Since you have access to the Internet, you have a world of information, comfort and support at your fingertips, and I’m pleased that you found your way to this forum. I also think it’s important that you have someone to talk to in person about all of this, so that your feelings about each of your losses can be explored, expressed, worked through and released. There are all kinds of resources "out there" in your own community aimed specifically at those who are grieving – you just have to make the effort to pick up your telephone and ask for the help that you need. Call your telephone operator or public library and ask for the numbers for your local mental health association or your local suicide prevention center. Either agency will have good grief referral lists. (You need not be suicidal to get a grief referral from a suicide prevention center.) Use the Yellow Pages and call hospitals and hospices near you. Ask to speak with the Bereavement Coordinator, Social Worker, or Chaplain's Office to get a local grief referral. Many hospitals and hospices provide individual and family grief support to clients for up to one year following a death, and offer bereavement support groups to the general public at no cost. If one grief support group doesn’t work for you, keep looking for one that feels right to you. As overwhelmed as you feel, you are in need of support, comfort and understanding, and I hope you will think of this as a gift you can give to yourself.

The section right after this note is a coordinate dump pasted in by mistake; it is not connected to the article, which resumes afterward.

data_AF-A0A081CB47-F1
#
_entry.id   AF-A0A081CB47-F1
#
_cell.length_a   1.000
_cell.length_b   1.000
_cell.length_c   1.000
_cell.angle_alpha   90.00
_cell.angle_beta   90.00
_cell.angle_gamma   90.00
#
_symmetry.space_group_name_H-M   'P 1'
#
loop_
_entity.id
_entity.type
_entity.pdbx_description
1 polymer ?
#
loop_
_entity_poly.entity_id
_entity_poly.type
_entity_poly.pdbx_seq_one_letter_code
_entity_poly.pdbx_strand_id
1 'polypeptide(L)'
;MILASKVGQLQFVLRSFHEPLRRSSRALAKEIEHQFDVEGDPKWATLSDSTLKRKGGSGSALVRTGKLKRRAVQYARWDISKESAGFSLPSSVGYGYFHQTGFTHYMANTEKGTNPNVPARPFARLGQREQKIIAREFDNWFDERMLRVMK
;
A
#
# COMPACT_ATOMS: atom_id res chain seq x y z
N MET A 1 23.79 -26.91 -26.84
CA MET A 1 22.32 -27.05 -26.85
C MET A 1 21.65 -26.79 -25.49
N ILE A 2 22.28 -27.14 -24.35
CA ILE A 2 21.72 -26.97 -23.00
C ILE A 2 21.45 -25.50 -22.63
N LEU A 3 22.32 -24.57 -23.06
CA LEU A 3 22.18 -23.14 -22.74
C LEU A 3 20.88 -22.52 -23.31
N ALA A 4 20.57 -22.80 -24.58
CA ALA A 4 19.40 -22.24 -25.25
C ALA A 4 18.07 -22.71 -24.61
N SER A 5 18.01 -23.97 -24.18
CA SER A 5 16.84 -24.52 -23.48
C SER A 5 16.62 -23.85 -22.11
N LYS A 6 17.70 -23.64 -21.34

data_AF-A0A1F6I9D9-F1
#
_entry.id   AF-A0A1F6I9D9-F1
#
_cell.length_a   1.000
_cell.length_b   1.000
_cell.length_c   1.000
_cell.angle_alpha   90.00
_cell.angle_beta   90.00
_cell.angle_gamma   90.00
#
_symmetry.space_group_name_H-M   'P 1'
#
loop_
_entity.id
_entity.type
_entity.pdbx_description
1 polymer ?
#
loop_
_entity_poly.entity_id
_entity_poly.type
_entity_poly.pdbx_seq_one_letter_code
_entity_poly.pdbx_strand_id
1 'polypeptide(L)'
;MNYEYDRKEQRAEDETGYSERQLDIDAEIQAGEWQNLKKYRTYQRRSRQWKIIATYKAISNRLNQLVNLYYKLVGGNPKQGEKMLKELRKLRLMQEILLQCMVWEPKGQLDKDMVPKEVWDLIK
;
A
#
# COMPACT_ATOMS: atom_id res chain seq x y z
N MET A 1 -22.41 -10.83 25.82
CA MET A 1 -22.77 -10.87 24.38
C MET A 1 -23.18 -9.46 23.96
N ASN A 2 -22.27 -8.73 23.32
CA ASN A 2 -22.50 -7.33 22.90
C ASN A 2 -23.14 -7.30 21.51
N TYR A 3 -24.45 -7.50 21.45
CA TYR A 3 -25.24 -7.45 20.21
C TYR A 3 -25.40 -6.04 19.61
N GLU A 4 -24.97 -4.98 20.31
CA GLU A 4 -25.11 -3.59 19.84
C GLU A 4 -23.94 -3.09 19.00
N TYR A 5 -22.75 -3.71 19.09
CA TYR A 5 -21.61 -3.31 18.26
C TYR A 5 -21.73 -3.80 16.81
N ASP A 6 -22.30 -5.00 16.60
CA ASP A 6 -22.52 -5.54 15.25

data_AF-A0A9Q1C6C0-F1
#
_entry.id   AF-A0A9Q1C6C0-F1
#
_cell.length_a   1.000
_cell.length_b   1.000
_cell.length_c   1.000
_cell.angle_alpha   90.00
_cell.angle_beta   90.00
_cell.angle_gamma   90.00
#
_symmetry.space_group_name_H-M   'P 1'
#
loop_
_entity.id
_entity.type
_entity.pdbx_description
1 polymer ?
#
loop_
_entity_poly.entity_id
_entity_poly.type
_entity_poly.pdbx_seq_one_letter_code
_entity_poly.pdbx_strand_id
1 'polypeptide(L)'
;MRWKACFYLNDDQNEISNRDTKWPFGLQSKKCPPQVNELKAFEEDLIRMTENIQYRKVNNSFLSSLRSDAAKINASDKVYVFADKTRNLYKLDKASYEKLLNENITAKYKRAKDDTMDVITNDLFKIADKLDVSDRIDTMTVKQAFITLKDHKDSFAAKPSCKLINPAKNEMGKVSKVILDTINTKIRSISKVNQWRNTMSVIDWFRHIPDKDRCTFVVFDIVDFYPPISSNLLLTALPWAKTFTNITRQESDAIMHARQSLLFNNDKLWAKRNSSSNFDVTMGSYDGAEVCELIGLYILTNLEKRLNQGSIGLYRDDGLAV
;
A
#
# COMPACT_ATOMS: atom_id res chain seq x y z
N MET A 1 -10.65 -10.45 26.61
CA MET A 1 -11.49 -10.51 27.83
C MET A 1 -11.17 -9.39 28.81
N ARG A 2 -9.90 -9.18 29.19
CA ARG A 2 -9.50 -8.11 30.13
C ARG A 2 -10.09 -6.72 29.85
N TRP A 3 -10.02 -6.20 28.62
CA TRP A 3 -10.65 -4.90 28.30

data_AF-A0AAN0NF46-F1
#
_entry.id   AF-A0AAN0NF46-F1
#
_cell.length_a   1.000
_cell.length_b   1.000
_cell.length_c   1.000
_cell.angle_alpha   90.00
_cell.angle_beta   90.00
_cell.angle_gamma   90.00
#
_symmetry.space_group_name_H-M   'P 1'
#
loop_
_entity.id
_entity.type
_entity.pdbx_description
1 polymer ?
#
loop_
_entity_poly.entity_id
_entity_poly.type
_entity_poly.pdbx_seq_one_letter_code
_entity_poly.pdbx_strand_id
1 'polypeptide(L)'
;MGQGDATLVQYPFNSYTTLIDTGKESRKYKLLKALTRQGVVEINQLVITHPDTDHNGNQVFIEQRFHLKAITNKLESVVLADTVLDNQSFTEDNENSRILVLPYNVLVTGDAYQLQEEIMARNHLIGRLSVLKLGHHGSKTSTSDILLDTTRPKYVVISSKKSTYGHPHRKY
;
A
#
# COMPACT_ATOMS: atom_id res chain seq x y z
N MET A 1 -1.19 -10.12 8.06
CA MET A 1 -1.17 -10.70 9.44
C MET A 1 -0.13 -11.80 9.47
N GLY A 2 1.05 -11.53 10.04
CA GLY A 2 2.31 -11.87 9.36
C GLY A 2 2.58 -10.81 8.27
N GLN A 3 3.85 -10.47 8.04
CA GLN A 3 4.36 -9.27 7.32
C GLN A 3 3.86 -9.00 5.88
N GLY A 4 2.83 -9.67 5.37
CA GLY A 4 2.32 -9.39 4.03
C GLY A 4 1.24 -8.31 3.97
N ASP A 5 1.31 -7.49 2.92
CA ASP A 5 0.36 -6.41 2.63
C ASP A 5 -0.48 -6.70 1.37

At the very least, I encourage you to do some reading about grief so you'll have a better sense of what normal grief looks and feels like, as well as what you can do to manage your own reactions. This alone can be very reassuring. See the listings on my Articles ~ Columns ~ Books page for some suggestions. If you go to the Links: Bereavement and Loss Sites page on my Grief Healing Web site and click on the categories listed there, I think you will find some very helpful sources of information. Another alternative is to subscribe to an online e-mail course; you can get a sense of the one I've written at The First Year of Grief: A Guide for the Journey.

I'm also attaching to this post a wonderful parable that I think you'll appreciate. (See below).

I hope this information proves helpful to you, my friend, and I hope you will let us know how you are doing.

Wishing you peace and healing,[attachmentid=20]


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  • 4 weeks later...


You certainly have had your share of losses and I feel for you deeply. I had lost people over the years and thought I had grieved for them at the time. When my dad died (a year ago this month) I grieved not only for him, but for everyone else I had lost too. It was like a snowball effect, remembering every death and grieving all over again. I think overwhelming is the word that describes it the best. But I have a feeling that once you feel the grief and face it and all that stuff, you will ultimately fight your way out of it and feel better, or different. You will be healed, so to speak, in a way that will allow you to cope with it all.

I wish you the best,